The jury found that Intel (1) literally infringed the data process system patent, which means that the Intel product contained or “practiced” all of the elements of the patented invention[3] and (2) infringed the clock speed patent through the so called “doctrine of equivalents.” A product or process that does not literally infringe a patent claim may still infringe under this doctrine if the differences between the accused product and the patented invention are insubstantial.[4] The jury determined that the system within the Intel processor, although not exactly the same, was similar enough to the VLSI patent to infringe.

Based on those findings, the jury awarded $1.5B in damages for infringement of the data process system patent and $675M in damages for infringement of the clock speed patent. These are staggering amounts, even for a Silicon Valley staple like Intel.

So how did Intel wind up in this predicament? The short answer is that the U.S. (and other countries in general) take extreme lengths to protect and encourage innovation. In fact, the creation of patent rights is specifically delineated in the U.S. Constitution:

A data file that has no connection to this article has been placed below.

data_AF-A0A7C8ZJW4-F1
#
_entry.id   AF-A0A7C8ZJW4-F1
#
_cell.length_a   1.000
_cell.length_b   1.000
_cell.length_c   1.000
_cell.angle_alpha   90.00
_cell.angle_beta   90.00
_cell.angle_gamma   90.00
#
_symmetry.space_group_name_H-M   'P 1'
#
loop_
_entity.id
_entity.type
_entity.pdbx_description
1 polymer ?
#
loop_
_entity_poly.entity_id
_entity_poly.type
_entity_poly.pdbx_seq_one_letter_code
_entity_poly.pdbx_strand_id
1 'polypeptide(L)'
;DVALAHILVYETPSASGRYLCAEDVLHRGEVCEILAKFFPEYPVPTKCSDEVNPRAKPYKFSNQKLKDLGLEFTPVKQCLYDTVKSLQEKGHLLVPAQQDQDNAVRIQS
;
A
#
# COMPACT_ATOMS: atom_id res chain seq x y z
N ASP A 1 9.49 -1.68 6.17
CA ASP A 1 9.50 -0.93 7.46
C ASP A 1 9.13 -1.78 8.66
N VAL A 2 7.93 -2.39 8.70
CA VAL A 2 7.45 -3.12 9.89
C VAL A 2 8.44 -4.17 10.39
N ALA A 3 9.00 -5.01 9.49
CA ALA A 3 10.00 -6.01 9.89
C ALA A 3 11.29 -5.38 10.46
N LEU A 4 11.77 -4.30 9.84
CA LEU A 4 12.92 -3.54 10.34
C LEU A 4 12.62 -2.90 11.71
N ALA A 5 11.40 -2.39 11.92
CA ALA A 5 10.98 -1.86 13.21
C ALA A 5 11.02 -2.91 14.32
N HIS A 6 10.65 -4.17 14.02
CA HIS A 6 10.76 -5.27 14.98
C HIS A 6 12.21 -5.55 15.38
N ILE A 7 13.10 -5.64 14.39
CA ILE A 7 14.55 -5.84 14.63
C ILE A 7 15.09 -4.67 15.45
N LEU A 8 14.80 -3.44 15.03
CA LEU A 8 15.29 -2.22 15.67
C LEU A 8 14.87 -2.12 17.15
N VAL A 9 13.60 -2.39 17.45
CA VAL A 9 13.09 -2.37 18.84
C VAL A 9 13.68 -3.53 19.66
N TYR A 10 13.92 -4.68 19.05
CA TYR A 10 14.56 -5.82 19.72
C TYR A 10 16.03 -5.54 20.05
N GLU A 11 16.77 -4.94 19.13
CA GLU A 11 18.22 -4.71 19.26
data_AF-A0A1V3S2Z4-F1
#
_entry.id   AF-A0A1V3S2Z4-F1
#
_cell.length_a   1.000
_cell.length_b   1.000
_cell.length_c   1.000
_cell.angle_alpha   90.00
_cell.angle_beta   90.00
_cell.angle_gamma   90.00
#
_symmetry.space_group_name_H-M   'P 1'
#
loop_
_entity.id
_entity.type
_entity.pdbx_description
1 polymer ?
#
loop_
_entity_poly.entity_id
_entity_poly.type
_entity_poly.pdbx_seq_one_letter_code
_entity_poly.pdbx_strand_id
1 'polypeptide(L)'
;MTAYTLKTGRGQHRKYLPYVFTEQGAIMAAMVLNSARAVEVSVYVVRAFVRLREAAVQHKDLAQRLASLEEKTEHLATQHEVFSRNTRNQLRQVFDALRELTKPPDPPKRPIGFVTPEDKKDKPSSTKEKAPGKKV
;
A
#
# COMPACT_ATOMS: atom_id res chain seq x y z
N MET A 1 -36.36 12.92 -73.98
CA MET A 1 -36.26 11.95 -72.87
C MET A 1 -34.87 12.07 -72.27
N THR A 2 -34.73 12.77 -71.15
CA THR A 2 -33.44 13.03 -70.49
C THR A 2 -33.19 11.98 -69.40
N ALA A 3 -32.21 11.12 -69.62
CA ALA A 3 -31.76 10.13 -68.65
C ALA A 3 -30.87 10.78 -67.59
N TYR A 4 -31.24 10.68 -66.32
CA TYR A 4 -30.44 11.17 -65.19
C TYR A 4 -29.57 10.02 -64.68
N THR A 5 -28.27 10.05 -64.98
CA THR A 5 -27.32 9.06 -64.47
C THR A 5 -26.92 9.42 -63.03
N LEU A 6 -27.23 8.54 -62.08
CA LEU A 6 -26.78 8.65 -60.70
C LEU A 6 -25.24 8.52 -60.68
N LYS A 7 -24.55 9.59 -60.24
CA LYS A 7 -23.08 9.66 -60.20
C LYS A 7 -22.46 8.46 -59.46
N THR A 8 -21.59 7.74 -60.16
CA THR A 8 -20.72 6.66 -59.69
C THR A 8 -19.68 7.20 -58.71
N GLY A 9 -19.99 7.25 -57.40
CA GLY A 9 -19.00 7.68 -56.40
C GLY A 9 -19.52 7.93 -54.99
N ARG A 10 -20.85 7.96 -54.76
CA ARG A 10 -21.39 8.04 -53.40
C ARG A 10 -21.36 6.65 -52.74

Article I Section 8, Clause 8 – Patent and Copyright Clause of the Constitution. [The Congress shall have power] “To promote the progress of science and useful arts, by securing for limited times to authors and inventors the exclusive right to their respective writings and discoveries.”

To protect those rights, 35 U.S.C. § 284 provides that the minimum statutory compensatory damages award owed to a patent holder by an infringer is a “reasonable royalty.” In litigation, a reasonable royalty is generally determined based on a hypothetical negotiation occurring between the parties.[5] That is, what amount of money would it have taken for a reasonable patent holder to allow the infringer to make, use, sell its patented invention at the time before the litigation began.

But the reasonable royalty is the minimum. In addition to the hypothetical royalty damages, a patent holder may also seek “lost profits” in certain circumstances. The lost profits damages seek to compensate the patent holder for any lost sales or price erosion that resulted from the infringing product’s presence in the market.